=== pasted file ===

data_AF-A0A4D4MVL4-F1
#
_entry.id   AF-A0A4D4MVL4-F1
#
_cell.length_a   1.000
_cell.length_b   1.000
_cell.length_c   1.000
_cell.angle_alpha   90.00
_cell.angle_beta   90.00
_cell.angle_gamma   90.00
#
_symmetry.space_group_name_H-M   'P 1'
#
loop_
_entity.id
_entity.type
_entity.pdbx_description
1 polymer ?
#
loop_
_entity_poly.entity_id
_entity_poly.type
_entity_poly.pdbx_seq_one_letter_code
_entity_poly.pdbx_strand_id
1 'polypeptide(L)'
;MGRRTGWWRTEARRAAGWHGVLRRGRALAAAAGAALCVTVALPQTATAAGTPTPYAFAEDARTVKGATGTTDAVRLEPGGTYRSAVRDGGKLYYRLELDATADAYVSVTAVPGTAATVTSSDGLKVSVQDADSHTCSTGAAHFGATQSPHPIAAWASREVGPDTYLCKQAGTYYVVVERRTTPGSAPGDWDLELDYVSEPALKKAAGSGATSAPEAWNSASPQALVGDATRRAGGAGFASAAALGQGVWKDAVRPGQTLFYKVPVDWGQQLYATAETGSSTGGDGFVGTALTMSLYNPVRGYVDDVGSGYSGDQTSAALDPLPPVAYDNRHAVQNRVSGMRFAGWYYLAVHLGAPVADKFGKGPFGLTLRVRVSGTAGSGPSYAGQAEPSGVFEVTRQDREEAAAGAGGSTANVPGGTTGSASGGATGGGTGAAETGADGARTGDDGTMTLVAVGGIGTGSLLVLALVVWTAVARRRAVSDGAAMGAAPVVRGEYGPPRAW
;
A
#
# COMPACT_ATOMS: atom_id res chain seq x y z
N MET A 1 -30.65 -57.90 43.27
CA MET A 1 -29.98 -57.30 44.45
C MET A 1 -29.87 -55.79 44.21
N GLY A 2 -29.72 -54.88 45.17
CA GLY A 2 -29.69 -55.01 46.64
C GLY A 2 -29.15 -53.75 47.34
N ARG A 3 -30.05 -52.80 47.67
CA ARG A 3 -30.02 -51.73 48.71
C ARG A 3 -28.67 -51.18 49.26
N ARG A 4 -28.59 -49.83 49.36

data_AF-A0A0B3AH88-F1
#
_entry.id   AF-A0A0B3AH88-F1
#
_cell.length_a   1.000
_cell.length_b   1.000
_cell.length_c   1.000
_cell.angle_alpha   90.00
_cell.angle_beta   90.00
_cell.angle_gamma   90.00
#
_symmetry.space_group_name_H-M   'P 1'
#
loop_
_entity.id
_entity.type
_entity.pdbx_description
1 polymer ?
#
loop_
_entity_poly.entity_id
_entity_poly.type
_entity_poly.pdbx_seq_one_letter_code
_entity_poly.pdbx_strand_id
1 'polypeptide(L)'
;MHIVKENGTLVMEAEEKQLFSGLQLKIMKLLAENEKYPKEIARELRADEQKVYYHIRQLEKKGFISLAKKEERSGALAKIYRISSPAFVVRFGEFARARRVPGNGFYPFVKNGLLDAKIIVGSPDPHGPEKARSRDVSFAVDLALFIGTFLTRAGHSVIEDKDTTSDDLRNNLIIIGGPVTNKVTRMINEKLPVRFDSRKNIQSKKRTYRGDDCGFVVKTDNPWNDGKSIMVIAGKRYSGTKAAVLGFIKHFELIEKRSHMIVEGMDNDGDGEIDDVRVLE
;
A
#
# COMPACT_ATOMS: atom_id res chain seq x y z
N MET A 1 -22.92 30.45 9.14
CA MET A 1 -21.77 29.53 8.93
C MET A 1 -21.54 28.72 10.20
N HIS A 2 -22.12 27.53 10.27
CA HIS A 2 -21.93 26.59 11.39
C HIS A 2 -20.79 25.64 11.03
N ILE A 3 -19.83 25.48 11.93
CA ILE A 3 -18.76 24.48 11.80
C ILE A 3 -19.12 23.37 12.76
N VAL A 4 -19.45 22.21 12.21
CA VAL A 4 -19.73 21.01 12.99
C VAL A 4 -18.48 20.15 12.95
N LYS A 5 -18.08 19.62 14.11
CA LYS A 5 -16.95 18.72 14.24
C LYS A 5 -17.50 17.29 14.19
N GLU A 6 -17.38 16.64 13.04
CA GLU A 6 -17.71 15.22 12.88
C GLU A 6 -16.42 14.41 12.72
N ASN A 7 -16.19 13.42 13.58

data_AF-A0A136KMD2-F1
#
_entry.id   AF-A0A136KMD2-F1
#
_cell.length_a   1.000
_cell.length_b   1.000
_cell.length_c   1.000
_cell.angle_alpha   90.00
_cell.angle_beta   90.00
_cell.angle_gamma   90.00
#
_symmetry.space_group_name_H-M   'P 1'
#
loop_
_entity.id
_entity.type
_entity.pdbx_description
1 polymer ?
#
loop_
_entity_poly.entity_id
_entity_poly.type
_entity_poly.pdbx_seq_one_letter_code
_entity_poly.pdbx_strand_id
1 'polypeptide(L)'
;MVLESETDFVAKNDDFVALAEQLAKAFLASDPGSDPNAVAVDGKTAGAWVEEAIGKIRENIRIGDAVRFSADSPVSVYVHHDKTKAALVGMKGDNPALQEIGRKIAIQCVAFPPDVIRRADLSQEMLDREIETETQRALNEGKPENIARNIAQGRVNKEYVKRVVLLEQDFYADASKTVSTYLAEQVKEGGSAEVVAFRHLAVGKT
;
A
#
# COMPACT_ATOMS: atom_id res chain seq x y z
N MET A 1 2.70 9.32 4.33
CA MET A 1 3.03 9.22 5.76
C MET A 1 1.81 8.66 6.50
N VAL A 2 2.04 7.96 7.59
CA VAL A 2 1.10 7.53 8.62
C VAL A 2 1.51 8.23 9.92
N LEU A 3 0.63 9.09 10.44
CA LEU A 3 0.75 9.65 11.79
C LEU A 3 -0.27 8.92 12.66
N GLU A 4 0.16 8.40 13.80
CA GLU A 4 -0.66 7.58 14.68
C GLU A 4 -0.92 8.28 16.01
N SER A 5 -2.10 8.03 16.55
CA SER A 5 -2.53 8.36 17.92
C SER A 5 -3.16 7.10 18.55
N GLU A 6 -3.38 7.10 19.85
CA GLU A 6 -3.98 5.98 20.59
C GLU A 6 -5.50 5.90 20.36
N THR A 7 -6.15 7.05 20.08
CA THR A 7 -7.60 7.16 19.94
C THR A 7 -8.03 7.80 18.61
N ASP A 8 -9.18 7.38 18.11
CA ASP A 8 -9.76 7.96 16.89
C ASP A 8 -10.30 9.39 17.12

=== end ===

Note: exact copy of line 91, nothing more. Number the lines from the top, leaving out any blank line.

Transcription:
#